Finn's Corner

February 2015

Spotting Snakes

There are almost 30 different species of snake in Victoria, but which ones should you look out for? Here I will list a few of the main snakes observed in our area whose bite can cause some major dramas for you and your pets.


The Mainland Tiger Snake is active throughout both the night and day and feed on frogs and small vertebrates. Although this type of snake usually only becomes aggressive if provoked, their bites can be fatal.

More information on how to identify this snake can be found via the following link



The Eastern Brown Snake is classed as extremely fast and aggressive. Also active both day and night this snake prefers dry habitats which are open and even youngsters bites have been known to have caused fatalities.

More information on how to identify this snake can be found via the following link



The Copperhead Snake prefers damper habitats however has been observed in the Macedon Ranges and surrounding areas. This snake, unlike the other two is less likely to bite as it is less aggressive. However, their bites can be fatal and they should still be treated with extreme caution.

More information on how to identify this snake can be found via the following link



The Red Bellied Black Snake is very widespread across Victoria and is active throughout the day and night. Although its venom is not as deadly as other species, it is still highly dangerous and therefore should be carefully managed.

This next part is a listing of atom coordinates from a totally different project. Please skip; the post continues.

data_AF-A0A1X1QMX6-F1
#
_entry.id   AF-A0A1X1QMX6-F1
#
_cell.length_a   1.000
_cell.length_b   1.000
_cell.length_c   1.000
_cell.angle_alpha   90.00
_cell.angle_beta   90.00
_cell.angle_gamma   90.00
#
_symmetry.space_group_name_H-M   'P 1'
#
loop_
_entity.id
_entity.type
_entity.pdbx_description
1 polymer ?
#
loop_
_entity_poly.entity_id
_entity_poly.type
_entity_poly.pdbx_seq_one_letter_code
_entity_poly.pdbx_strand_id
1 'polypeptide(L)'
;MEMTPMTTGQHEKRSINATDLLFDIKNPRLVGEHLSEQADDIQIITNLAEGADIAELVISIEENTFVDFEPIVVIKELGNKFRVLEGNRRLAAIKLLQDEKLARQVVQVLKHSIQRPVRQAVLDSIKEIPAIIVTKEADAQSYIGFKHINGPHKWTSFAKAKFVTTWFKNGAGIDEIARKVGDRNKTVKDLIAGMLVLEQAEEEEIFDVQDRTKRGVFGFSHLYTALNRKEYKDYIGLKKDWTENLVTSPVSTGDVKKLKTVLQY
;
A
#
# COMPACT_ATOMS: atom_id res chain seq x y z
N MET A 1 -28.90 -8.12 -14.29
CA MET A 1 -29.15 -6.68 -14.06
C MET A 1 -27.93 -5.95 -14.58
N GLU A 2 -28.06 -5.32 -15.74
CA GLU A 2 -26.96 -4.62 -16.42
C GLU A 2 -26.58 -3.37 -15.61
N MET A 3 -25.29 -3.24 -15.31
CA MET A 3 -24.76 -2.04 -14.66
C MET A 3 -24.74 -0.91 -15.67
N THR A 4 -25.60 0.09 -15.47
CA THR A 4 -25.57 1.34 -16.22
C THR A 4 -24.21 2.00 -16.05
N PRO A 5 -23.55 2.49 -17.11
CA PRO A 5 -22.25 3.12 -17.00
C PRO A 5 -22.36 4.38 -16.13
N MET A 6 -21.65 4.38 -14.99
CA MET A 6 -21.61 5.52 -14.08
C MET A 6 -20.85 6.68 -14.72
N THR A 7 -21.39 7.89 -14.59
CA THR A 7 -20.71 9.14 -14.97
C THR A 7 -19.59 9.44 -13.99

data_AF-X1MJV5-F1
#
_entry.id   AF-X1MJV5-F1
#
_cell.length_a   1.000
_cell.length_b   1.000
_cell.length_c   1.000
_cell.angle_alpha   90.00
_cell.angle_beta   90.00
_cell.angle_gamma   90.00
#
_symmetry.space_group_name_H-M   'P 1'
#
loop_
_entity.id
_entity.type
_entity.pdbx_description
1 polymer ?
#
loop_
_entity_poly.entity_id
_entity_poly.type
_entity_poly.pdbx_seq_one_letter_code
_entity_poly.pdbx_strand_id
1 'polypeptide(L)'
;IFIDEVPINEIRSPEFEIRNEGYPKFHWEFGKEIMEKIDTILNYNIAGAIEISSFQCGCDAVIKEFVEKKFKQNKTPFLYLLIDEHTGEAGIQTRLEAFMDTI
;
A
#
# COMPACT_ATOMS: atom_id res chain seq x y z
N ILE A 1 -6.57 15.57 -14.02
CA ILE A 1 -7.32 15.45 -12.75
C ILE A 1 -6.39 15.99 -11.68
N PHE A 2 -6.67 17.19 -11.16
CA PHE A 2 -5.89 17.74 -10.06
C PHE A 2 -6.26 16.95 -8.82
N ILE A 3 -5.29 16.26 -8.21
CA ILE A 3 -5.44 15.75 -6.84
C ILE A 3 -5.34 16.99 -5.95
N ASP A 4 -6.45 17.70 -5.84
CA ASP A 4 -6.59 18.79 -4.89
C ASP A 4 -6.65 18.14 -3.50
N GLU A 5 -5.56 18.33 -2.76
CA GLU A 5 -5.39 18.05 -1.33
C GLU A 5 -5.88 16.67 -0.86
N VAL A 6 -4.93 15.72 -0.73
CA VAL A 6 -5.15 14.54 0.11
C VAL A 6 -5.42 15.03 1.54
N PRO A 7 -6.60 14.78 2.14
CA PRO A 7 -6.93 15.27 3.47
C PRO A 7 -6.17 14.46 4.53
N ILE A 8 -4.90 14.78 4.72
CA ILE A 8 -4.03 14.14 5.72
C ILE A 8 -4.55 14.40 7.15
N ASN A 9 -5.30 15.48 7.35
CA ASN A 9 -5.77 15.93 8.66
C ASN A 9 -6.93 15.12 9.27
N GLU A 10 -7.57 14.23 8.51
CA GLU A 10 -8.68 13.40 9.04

More information on how to identify this snake can be found via the following link



Each of these snakes is classified as extremely dangerous in Victoria. Please make sure if you spot one of these snakes to keep your pets away from the area. No matter where you are in Victoria, a list of snake removalists can be found via this following link


If your pets unfortunately are bitten by one of these snakes please contact your vets immediately! The best thing for you to do is remain calm. Avoid trying to catch the snake as this will increase your risk of being bitten as well. Identifying the snake would be very helpful. Keep your pet as still as possible and head to the nearest veterinary clinic as the quicker anti-venom is administered the better the chances of recovery.


One of the most common questions I have been asked lately is what signs would my pet display if bitten by a snake?


Depending on your pet, signs of a snake bite may start to show anytime within 24 hours after your pet has been bitten. Depending on the type of snake, symptoms can also vary but the main ones to look out for include:



Excessive drooling

Pale gums


Dilated pupils

Weakness in the hind legs or staggering



Difficulty breathing


If left untreated symptoms can progress to the point your pet may enter a coma or result in death.


If venom is positively identified veterinarians will administer anti-venom as soon as possible and then closely monitor your pet in hospital whilst providing pain relief and intravenous fluids. Recovery time for your pet can vary from 1-2 days if promptly treated up to 1 week in hospital.

More information the treatment of snake bites can be found on the Animal Emergency Centres website or via the following pdf


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